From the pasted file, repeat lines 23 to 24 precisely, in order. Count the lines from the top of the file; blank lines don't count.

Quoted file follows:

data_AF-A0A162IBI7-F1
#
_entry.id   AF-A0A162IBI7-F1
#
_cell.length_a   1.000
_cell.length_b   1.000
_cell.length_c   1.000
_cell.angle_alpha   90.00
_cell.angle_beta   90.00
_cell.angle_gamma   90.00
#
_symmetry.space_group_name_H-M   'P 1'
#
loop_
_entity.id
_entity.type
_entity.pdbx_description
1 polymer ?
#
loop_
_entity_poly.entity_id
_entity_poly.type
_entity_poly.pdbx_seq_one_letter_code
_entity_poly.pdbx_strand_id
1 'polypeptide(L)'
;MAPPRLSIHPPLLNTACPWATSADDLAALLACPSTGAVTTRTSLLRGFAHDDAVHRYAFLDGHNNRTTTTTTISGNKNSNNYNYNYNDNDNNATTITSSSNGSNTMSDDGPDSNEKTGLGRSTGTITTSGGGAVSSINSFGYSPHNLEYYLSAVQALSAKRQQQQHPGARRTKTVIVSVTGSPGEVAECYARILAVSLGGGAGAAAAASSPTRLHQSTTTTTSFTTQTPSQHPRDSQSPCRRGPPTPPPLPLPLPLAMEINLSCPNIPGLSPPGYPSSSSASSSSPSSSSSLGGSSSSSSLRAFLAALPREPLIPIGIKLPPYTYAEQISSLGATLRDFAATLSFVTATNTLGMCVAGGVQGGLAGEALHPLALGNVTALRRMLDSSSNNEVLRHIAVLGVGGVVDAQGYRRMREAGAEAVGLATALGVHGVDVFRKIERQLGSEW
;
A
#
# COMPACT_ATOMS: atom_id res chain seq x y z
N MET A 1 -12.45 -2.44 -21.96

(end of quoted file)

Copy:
_entity_poly.pdbx_seq_one_letter_code
_entity_poly.pdbx_strand_id